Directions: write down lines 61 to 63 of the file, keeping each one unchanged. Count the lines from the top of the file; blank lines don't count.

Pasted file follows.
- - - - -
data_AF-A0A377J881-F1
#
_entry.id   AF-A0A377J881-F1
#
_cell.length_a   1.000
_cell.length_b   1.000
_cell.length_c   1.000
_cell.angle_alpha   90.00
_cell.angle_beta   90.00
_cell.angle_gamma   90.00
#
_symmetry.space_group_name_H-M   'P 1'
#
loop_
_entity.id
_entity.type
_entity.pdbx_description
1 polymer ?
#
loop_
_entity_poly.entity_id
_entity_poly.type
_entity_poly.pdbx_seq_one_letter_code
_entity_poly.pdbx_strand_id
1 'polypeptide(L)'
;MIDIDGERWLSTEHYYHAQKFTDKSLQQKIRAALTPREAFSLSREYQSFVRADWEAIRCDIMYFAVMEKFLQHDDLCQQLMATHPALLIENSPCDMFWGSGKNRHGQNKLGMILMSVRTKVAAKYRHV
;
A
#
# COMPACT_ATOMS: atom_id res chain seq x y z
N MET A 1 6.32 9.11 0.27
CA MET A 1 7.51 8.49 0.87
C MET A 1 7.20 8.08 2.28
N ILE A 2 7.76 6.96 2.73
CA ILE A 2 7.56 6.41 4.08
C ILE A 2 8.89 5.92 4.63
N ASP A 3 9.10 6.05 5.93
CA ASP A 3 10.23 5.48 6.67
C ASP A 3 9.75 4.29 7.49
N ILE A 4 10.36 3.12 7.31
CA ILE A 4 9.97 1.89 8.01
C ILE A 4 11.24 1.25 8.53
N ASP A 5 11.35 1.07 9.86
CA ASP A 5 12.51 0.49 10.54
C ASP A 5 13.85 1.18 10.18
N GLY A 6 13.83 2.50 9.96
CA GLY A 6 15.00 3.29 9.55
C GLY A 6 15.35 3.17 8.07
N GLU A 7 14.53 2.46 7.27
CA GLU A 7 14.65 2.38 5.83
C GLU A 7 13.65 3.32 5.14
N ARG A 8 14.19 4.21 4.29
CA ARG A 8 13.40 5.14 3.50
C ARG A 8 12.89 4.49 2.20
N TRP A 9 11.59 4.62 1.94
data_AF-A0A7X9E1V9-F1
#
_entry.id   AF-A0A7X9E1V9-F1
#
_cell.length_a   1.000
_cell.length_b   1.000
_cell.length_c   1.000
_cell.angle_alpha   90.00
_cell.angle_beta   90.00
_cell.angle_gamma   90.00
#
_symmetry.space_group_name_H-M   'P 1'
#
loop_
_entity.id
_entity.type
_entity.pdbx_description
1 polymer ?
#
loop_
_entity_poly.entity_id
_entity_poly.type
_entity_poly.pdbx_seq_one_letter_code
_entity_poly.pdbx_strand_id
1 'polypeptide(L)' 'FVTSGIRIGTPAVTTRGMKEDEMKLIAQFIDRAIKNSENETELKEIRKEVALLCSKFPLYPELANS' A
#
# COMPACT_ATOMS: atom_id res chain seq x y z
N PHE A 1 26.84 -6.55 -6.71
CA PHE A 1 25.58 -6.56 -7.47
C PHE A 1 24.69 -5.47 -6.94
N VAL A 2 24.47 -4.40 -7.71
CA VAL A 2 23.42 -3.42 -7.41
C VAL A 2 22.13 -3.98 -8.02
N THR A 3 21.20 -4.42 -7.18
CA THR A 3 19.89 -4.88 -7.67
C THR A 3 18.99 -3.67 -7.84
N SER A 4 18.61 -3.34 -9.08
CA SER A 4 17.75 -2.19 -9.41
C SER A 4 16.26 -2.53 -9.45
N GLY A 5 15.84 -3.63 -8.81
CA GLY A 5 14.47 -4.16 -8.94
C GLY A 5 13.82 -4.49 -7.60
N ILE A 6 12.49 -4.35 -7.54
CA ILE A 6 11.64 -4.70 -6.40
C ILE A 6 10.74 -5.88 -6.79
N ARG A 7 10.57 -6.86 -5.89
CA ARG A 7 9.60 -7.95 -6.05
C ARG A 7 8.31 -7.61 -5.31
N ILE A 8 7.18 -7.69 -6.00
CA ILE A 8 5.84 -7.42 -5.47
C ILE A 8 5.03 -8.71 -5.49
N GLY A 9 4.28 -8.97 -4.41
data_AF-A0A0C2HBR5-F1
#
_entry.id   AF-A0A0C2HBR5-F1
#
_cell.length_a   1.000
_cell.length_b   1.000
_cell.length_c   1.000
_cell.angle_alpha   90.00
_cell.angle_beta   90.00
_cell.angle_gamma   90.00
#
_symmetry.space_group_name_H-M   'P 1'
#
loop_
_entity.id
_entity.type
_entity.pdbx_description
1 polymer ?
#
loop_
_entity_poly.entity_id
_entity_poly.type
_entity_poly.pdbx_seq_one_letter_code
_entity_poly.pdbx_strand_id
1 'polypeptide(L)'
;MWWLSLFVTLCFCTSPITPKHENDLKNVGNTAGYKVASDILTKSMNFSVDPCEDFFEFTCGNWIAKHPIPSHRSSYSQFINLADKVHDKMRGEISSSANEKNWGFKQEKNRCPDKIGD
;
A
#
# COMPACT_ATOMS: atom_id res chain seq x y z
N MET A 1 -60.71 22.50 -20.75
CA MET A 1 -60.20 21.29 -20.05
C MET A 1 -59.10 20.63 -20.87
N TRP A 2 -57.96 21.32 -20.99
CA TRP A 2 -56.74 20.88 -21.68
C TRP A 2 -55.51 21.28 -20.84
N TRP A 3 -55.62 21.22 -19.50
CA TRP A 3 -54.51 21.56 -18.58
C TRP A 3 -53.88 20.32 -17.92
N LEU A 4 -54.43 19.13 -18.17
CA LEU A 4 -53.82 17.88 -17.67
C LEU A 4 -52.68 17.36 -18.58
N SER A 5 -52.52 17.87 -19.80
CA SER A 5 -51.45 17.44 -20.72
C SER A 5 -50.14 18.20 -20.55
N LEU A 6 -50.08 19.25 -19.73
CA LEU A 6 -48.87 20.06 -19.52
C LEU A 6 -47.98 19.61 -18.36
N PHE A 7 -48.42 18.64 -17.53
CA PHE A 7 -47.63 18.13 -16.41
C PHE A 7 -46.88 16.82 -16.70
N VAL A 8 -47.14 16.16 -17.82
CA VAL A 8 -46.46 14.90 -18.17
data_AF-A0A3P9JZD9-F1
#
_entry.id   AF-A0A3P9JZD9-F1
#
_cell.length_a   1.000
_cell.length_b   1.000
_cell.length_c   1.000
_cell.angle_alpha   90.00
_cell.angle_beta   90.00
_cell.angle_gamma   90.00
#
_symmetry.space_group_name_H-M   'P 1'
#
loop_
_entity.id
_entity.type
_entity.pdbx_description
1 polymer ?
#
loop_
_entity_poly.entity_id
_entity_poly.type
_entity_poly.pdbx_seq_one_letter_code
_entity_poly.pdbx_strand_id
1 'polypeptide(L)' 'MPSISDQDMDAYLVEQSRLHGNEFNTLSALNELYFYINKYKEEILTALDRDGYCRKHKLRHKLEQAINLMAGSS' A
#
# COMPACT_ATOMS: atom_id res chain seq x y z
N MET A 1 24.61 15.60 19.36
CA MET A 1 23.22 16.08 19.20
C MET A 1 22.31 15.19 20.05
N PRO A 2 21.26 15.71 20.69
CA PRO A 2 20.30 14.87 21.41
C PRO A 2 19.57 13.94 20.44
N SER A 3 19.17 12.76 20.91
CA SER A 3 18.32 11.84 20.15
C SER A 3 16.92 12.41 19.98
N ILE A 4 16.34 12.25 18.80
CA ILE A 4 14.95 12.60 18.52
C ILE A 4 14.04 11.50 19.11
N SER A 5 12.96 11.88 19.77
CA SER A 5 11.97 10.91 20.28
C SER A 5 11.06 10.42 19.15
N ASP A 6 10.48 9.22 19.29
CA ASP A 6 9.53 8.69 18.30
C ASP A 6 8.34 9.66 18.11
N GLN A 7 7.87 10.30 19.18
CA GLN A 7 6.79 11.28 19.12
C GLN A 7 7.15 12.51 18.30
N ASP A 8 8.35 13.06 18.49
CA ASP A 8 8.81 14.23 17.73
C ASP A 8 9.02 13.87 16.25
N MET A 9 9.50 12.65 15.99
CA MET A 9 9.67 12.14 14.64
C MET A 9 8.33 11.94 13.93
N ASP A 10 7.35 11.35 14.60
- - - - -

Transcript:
_cell.length_b   1.000
_cell.length_c   1.000
_cell.angle_alpha   90.00